A Notary Public is a person (generally a lawyer) appointed by the Chief Justice to certify documents and to witness documents in Ireland for use abroad. Foreign Government bodies, lawyers, institutions and businesses rely on the Certificate from the Notary in Ireland to guarantee the authenticity of the document that has been presented to them.
Types of Notarial documents
Powers of Attorney
When people are buying or selling property abroad, they will often appoint someone in that country to act as their Attorney on their behalf so that they don’t have to be present to sign documents. The Power of Attorney is generally in favour of a lawyer in that Country who they know or who has been recommended to them. Giving a Power of Attorney to a person other than a lawyer can be dangerous as it gives great powers to that person.
The function of the Notary in Ireland is to establish that the person signing the document is who they say they are (by examining their identification documents), that they live where they say they live (by examining their utility bills) and that they have signed the document in the presence of the Notary. It is not the function of the Irish Notary to advise the person on the contents of the document itself because it is a document generally prepared by a foreign lawyer and it should be a lawyer from that Country who advises the client on the content of the document.
While foreign adoptions have become rarer in recent years, it is hoped that this situation will improve. Before a foreign adoption authority will approve the adoption of a child into Ireland, they will require copies of very many documents concerning the couple and these documents must be authenticated by the Notary in Ireland.Notarised copy documents
People travelling abroad to study or work will often require a copy of Degree Certificates, exam results or Police Clearance Certificates to produce to the authorities where they intend working and a Notary will be involved in certifying these documents as copies in a formal way.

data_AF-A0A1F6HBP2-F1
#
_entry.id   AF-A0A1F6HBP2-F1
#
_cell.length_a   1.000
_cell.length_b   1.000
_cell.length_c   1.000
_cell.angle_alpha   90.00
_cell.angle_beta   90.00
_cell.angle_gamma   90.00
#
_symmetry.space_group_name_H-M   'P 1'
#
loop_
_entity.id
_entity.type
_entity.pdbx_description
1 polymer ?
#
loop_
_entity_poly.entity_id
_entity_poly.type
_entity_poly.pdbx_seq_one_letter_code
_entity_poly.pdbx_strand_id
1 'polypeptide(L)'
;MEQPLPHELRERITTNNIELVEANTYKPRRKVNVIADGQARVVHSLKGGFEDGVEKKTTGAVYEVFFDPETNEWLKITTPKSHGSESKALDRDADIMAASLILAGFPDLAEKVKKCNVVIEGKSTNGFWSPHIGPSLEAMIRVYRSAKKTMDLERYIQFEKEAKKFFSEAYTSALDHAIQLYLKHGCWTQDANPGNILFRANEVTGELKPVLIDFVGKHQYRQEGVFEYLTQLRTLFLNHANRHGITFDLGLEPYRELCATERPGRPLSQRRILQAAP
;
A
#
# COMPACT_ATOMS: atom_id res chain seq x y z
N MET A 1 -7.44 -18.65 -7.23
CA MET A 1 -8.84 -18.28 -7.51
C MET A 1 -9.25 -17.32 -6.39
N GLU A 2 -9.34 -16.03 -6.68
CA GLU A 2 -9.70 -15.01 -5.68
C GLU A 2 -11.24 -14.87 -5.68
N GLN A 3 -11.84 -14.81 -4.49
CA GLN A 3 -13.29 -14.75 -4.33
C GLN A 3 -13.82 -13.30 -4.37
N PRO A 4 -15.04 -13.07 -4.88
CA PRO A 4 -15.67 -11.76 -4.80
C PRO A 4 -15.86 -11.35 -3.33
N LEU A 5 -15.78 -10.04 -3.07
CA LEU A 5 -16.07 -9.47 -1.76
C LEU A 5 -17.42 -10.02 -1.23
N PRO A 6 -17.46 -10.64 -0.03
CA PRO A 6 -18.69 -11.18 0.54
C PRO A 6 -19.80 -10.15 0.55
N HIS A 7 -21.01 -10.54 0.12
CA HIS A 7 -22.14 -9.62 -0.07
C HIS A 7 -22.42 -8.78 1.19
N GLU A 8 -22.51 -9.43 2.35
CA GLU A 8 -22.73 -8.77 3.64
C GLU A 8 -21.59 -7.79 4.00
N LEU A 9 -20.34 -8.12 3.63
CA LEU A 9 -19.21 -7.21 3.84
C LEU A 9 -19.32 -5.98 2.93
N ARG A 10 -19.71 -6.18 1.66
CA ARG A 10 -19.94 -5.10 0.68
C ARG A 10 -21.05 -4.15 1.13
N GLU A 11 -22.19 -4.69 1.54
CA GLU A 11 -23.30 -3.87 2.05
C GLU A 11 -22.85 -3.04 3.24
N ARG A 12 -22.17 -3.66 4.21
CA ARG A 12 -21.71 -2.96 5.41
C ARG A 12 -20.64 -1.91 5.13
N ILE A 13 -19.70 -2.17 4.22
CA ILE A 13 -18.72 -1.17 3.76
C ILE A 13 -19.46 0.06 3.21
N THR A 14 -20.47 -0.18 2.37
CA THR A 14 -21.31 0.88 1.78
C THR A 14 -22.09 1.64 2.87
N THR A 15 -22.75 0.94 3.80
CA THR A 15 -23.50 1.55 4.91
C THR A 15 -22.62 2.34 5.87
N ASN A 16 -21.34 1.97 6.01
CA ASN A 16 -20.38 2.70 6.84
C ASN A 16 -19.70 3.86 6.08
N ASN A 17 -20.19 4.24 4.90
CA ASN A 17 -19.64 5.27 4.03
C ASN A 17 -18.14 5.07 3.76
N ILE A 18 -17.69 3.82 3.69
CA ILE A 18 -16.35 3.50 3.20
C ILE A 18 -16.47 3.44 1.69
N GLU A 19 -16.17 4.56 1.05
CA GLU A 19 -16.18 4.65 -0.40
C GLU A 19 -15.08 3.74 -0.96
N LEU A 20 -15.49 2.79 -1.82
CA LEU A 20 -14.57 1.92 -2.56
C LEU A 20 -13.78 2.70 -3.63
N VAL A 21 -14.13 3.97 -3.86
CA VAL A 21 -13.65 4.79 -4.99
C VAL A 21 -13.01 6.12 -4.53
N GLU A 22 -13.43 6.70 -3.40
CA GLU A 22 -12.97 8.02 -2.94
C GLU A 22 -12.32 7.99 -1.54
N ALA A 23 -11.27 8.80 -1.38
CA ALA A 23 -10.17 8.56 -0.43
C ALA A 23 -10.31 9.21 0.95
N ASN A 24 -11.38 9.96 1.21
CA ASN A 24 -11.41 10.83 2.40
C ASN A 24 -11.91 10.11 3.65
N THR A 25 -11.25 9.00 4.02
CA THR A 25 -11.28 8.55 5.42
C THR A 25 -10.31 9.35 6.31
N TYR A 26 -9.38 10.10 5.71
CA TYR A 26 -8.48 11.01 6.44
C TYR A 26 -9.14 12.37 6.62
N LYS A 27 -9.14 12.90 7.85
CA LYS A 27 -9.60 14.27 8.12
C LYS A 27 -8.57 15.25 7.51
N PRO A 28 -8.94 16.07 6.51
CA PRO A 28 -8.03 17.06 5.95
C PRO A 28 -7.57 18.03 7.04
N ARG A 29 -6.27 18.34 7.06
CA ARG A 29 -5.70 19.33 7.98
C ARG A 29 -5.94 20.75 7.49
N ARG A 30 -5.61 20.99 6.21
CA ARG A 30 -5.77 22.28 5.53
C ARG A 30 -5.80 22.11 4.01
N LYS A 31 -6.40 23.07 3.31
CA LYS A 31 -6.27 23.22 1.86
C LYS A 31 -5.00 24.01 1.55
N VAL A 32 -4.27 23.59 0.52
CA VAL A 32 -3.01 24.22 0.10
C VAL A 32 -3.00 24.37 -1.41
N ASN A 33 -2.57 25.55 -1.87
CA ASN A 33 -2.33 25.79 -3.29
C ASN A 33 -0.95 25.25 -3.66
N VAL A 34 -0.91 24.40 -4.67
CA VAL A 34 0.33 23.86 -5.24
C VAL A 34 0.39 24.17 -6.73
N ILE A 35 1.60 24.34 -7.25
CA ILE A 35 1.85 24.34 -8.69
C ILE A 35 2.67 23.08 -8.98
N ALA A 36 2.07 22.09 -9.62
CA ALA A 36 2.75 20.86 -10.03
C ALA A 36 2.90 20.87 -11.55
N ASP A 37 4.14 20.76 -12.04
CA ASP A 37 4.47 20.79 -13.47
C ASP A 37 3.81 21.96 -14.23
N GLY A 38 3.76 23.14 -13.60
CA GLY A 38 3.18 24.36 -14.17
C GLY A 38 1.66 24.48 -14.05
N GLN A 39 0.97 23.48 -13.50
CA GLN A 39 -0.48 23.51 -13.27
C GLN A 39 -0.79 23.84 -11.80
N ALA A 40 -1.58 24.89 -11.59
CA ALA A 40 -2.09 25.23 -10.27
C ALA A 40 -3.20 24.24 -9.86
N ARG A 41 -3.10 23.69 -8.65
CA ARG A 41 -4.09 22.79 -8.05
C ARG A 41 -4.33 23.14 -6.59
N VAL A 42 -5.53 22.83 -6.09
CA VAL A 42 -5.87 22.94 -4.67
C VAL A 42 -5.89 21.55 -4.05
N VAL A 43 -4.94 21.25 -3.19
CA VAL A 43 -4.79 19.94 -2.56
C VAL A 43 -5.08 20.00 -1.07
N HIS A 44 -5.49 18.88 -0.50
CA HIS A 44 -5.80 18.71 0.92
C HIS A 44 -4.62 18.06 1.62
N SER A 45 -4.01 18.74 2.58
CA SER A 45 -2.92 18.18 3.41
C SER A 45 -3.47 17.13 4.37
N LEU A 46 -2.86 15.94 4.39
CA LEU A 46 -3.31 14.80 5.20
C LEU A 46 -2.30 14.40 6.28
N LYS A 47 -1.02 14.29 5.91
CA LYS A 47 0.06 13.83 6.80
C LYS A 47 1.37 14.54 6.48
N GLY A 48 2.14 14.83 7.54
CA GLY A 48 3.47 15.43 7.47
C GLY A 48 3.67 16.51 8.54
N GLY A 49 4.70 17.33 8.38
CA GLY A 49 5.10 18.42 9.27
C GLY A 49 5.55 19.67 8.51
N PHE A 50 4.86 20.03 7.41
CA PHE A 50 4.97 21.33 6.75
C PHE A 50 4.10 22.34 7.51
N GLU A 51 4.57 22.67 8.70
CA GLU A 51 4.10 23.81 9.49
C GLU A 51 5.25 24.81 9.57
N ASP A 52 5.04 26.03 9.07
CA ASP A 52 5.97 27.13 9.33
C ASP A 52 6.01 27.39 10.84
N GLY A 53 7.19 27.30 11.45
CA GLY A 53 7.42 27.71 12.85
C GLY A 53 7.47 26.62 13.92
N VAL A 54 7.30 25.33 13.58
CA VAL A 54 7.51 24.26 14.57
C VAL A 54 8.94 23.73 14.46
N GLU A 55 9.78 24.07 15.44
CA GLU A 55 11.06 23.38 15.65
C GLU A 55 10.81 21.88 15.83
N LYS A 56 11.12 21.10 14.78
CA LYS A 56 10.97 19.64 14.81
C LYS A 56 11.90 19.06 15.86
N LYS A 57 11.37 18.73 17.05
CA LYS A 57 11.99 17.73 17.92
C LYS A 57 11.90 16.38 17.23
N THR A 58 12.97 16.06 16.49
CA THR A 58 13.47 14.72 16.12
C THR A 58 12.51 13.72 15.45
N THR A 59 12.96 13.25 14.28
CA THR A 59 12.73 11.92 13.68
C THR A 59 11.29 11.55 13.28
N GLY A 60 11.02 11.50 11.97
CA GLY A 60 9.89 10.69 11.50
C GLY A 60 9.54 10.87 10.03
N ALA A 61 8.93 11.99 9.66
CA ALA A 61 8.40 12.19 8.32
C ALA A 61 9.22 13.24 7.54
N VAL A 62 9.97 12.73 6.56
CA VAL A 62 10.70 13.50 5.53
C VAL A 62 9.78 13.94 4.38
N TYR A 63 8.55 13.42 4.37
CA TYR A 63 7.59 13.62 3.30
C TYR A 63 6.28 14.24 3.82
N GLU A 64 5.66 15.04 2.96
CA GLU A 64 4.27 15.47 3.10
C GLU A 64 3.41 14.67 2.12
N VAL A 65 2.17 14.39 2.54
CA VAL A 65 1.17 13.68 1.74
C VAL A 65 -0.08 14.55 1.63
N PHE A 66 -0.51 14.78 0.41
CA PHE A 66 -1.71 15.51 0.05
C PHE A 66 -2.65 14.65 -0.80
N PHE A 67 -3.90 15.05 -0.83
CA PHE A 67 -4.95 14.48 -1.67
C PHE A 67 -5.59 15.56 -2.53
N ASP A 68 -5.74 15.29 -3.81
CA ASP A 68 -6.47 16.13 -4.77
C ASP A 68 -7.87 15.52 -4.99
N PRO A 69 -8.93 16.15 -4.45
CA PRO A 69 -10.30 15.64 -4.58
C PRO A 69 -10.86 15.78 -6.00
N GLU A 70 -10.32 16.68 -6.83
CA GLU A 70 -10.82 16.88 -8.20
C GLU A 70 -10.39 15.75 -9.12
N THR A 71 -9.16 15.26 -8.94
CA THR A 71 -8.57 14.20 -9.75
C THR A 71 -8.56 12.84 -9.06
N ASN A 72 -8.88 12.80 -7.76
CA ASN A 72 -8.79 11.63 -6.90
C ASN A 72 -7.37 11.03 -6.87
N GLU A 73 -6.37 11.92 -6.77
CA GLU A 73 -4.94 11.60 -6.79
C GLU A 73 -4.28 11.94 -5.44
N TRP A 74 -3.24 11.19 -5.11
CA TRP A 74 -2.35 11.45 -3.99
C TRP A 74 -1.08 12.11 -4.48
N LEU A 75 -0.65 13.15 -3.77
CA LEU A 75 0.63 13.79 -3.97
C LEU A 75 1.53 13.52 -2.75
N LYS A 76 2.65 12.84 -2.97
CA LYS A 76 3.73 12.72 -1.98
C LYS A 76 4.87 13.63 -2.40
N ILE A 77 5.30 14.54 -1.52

A Notary will often be involved in notarising documents signed by somebody travelling abroad or perhaps bringing children abroad with the permission of another parent.
Authorities abroad may often require confirmation from a Notary that the director of a company, for example, has the power to bind the company and this will require the Notary to carry out searches in the Companies Office and issue the relevant Certificates.
Notary Public formalities
Notaries Public are very strict about the formalities in witnessing and certifying documents. They will always insist on seeing original documentation and having the person sign the document in their presence. This level of formality maintains a high standard of reassurance for foreign authorities that Certificates from Irish Notaries are authoritative documents.
The Apostille is a certificate stamped on the back of a document by the Department of Foreign Affairs where the document has already been notarised by a Notary. This certificate is effectively a certificate by the Department of Foreign Affairs that they are satisfied that the Notary that signed the document is a genuine Notary and that the document has been properly notarised. It is a worldwide system used to replace an earlier much more complicated system that was used to certify the identity of the Notary.
Prior to your visit to the Notary, you will be contacted with details of how much the service will cost based on the information you have provided. The cost of Notarial services is generally based on the time involved subject to a minimum charge and is in line with fees charged by Solicitors generally.
For various reasons it may not be possible for the people involved in notarising documents to travel to the office of the Notary and arrangements are often made for the Notary to travel to wherever the notarial service is required.
Should you have any queries about notarising a document please contact Niall Farrell on 045 431 542.